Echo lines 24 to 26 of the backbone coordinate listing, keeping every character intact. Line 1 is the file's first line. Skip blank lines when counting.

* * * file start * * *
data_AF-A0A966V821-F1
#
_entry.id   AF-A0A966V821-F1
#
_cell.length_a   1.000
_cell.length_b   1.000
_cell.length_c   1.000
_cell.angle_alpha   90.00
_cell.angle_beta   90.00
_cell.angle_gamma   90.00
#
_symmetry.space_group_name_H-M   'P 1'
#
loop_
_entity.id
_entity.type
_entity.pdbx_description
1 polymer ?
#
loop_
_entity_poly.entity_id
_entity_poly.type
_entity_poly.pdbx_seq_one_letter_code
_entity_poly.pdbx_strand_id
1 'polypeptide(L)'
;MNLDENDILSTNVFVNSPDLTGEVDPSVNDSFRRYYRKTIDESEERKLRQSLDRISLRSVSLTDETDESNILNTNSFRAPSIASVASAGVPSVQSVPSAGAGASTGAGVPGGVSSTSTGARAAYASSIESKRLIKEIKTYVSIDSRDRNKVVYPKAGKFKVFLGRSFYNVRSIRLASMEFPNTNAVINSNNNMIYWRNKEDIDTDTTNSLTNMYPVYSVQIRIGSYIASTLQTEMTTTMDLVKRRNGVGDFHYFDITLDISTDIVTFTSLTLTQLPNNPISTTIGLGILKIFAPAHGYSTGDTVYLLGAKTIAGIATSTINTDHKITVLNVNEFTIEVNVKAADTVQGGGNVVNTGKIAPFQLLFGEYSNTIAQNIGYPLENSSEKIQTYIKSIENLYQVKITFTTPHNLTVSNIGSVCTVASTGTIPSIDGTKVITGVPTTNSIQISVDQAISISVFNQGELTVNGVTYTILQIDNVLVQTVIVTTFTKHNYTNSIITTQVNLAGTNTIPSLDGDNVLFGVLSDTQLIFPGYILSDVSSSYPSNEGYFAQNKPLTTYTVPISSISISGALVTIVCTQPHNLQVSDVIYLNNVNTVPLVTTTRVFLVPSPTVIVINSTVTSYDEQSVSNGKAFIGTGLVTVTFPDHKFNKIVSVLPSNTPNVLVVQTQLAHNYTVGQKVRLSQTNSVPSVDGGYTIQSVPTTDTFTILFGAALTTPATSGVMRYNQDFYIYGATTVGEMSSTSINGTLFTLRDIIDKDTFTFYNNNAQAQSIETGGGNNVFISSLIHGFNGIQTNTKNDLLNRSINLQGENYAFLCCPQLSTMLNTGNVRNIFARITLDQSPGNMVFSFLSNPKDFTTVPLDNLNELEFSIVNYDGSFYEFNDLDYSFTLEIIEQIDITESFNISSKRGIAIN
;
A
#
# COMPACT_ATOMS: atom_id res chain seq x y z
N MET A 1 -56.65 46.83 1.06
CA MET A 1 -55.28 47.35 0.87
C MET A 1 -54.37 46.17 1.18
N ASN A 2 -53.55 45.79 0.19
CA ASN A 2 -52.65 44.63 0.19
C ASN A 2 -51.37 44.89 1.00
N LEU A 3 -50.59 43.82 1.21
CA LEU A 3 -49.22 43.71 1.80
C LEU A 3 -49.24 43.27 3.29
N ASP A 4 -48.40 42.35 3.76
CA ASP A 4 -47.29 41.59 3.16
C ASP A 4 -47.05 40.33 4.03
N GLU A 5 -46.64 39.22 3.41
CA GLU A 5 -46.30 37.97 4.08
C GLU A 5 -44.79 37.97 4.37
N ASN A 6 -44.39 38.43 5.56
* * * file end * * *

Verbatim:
_entity_poly.pdbx_strand_id
1 'polypeptide(L)'
;MNLDENDILSTNVFVNSPDLTGEVDPSVNDSFRRYYRKTIDESEERKLRQSLDRISLRSVSLTDETDESNILNTNSFRAPSIASVASAGVPSVQSVPSAGAGASTGAGVPGGVSSTSTGARAAYASSIESKRLIKEIKTYVSIDSRDRNKVVYPKAGKFKVFLGRSFYNVRSIRLASMEFPNTNAVINSNNNMIYWRNKEDIDTDTTNSLTNMYPVYSVQIRIGSYIASTLQTEMTTTMDLVKRRNGVGDFHYFDITLDISTDIVTFTSLTLTQLPNNPISTTIGLGILKIFAPAHGYSTGDTVYLLGAKTIAGIATSTINTDHKITVLNVNEFTIEVNVKAADTVQGGGNVVNTGKIAPFQLLFGEYSNTIAQNIGYPLENSSEKIQTYIKSIENLYQVKITFTTPHNLTVSNIGSVCTVASTGTIPSIDGTKVITGVPTTNSIQISVDQAISISVFNQGELTVNGVTYTILQIDNVLVQTVIVTTFTKHNYTNSIITTQVNLAGTNTIPSLDGDNVLFGVLSDTQLIFPGYILSDVSSSYPSNEGYFAQNKPLTTYTVPISSISISGALVTIVCTQPHNLQVSDVIYLNNVNTVPLVTTTRVFLVPSPTVIVINSTVTSYDEQSVSNGKAFIGTGLVTVTFPDHKFNKIVSVLPSNTPNVLVVQTQLAHNYTVGQKVRLSQTNSVPSVDGGYTIQSVPTTDTFTILFGAALTTPATSGVMRYNQDFYIYGATTVGEMSSTSINGTLFTLRDIIDKDTFTFYNNNAQAQSIETGGGNNVFISSLIHGFNGIQTNTKNDLLNRSINLQGENYAFLCCPQLSTMLNTGNVRNIFARITLDQSPGNMVFSFLSNPKDFTTVPLDNLNELEFSIVNYDGSFYEFNDLDYSFTLEIIEQIDITESFNISSKRGIAIN